Calling Java methods expecting Generic types in your CFML

Sunday, September 12, 2010

On Twitter, Jason Dean asked: “Is there a way for me to create an ArrayList<String> in ColdFusion for passing into a Java constructor?”

I responded saying I thought he should only need to create a regular old ArrayList and that the jvm should accept it, even though there’s technically no way to do “Generics” in java.


Your CFML code needn’t care if a java method expects a Collection of  Generic types. You can create objects of the “raw” type and pass those. However, If your collection object contains objects of a type that the original programmer didn’t expect, your code will most likely fail. Thus, consider the Generic type declaration as an instruction to you, the programmer, instead of an instruction to the compiler.

If you want to know why, read further.

If you’d like to play along, you can get all the code here:

What are Generics?

What he’s talking about are Java Generics. That’s the little angle bracket thing in there.

Given this code:

public String echoGenericStringList(List<String> list){
	return list.toString();

And then some driver code:

ArrayList list1 = new ArrayList();

ArrayList<String> list2 = new ArrayList<String>();
list2.add("G: Hi");
list2.add("G: Hi2");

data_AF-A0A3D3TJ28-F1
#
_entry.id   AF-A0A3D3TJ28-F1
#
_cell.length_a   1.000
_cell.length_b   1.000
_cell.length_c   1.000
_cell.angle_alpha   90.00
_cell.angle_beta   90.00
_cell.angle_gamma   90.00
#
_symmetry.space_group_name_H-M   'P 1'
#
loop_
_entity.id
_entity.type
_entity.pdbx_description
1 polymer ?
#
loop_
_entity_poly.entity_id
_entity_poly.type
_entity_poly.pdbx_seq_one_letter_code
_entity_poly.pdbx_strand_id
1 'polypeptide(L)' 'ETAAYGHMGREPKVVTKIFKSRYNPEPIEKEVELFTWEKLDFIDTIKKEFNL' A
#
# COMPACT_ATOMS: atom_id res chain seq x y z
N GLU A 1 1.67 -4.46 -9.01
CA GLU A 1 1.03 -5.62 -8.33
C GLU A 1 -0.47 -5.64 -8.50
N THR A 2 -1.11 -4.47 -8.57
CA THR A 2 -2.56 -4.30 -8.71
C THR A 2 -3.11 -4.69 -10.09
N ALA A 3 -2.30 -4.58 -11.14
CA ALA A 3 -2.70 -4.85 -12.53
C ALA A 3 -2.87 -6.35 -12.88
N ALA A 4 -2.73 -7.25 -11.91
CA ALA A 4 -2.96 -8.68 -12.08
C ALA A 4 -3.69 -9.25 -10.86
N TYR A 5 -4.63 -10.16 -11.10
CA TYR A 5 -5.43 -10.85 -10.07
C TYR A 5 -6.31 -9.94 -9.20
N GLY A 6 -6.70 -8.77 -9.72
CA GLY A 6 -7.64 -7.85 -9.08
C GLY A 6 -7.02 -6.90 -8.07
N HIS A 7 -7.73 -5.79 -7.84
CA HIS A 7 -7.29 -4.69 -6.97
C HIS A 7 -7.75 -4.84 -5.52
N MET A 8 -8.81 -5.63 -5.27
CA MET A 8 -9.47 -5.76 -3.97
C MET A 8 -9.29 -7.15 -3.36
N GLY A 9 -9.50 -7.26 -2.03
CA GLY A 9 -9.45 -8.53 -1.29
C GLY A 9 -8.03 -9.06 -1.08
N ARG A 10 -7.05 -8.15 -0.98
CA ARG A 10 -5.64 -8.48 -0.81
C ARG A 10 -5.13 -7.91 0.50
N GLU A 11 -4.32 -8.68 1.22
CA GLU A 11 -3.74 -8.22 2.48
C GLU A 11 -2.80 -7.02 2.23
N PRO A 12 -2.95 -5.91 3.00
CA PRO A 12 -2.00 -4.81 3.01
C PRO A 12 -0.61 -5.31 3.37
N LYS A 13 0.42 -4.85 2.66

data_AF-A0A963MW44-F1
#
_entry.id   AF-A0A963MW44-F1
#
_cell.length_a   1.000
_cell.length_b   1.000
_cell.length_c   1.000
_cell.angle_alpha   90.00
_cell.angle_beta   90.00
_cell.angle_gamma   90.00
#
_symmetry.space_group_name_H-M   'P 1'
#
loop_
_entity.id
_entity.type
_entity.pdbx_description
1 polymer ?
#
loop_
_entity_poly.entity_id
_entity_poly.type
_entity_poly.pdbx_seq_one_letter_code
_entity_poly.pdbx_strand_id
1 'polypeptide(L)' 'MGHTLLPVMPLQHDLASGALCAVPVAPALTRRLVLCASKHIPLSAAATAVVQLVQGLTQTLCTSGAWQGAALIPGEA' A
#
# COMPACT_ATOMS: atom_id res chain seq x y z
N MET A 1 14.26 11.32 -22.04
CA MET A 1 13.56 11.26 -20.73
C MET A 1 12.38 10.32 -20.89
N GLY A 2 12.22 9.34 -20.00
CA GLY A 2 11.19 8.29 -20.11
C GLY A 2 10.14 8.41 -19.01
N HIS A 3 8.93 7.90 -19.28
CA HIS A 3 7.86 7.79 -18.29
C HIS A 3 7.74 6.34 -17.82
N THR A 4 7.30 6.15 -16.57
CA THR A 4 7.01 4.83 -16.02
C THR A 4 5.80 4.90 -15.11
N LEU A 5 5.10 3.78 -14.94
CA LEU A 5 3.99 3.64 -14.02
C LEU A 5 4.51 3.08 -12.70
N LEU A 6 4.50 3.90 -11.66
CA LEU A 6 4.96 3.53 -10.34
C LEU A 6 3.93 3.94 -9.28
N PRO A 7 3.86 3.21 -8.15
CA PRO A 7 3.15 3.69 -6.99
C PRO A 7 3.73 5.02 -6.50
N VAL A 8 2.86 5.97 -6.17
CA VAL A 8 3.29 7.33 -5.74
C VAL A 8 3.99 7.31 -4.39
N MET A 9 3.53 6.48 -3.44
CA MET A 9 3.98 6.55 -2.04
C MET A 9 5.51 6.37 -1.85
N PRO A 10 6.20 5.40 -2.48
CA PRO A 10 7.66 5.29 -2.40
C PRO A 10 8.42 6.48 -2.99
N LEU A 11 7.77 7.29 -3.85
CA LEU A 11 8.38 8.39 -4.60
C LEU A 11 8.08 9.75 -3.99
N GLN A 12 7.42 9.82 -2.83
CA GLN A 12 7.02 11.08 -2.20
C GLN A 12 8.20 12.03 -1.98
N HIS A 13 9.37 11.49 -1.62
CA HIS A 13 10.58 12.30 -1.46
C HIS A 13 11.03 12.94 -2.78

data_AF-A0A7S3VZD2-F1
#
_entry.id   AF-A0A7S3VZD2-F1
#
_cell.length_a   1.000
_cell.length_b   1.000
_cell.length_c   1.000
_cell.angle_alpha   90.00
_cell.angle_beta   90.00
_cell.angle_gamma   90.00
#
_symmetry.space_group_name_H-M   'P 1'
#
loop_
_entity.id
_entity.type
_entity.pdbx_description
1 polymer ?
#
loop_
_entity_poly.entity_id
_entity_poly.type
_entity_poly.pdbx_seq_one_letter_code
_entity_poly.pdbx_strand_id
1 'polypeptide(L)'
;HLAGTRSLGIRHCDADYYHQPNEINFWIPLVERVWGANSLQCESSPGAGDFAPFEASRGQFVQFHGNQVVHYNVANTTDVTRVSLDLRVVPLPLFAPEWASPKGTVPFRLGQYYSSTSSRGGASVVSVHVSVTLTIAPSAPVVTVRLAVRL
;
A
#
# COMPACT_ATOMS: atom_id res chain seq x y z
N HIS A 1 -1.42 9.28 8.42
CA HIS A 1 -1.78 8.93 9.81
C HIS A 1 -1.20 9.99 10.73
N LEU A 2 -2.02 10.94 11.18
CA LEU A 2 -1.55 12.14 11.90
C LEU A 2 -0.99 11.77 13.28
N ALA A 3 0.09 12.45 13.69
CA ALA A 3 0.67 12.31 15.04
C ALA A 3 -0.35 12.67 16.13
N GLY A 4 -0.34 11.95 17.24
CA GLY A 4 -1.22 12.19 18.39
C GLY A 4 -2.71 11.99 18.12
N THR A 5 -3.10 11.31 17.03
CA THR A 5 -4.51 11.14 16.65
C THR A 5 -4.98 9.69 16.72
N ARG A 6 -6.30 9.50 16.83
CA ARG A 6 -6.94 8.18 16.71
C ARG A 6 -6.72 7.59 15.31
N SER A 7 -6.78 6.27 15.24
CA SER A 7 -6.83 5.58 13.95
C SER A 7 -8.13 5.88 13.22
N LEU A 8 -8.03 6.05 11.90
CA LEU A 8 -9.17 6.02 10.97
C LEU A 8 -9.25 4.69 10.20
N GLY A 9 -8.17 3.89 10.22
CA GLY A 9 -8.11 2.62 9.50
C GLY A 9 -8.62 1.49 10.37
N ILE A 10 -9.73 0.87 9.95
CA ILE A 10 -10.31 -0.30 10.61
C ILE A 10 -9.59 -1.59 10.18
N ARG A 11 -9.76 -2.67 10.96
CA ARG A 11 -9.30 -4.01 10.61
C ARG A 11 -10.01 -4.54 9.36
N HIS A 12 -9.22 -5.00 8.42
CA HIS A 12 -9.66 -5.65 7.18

System.out.println(gm.echoGenericStringList(  list1   ));
System.out.println(gm.echoGenericStringList(  list2   ));

1) The echoGenericStringList method declares an input of type List. Additionally, it expects that list to contain only Strings.

2) The first ArrayList – list1 – is a “raw” ArrayList. I’ve declared no additional type requirements on it. It can contain any types: Strings, Integers, Foos, Bars, Unicorns. Whatever.

3) The second ArrayList – list2 – is a a “typed” ArrayList. It instructs the compiler to fail if any attempt is made to add something to the list that isn’t a String. Thus, list2.add(“one”) is fine, but list2.add(1) is not.

Raw vs Generic; Compile-time vs. Runtime

Neither of these last two lines will fail compilation. The second one is obvious: the method declares an input of type List<String> and gets it. But the first one… why doesn’t it fail? It’s getting a “raw” list, not a generic list.

The answer is: Because that’s how generics work.  The compiler will issue a warning, but it will not fail. A method declaring inputs with Generic types must accept inputs of raw types. The downside is that when using raw types, you lose the type safety which Generic types confer.

The key to understanding this behavior is this: Currently, generics are a compile-time type check. The typing of that list: ArrayList<String>, is erased upon compilation, and during run-time no check is made. That’s why, for example, the compiler would not complain if you added an Integer to list1 above and passed it to echoGenericStringList(List<String> list), but it would complain if you attempted to add an Integer to list 2 – since that list has been declared to only accept Strings.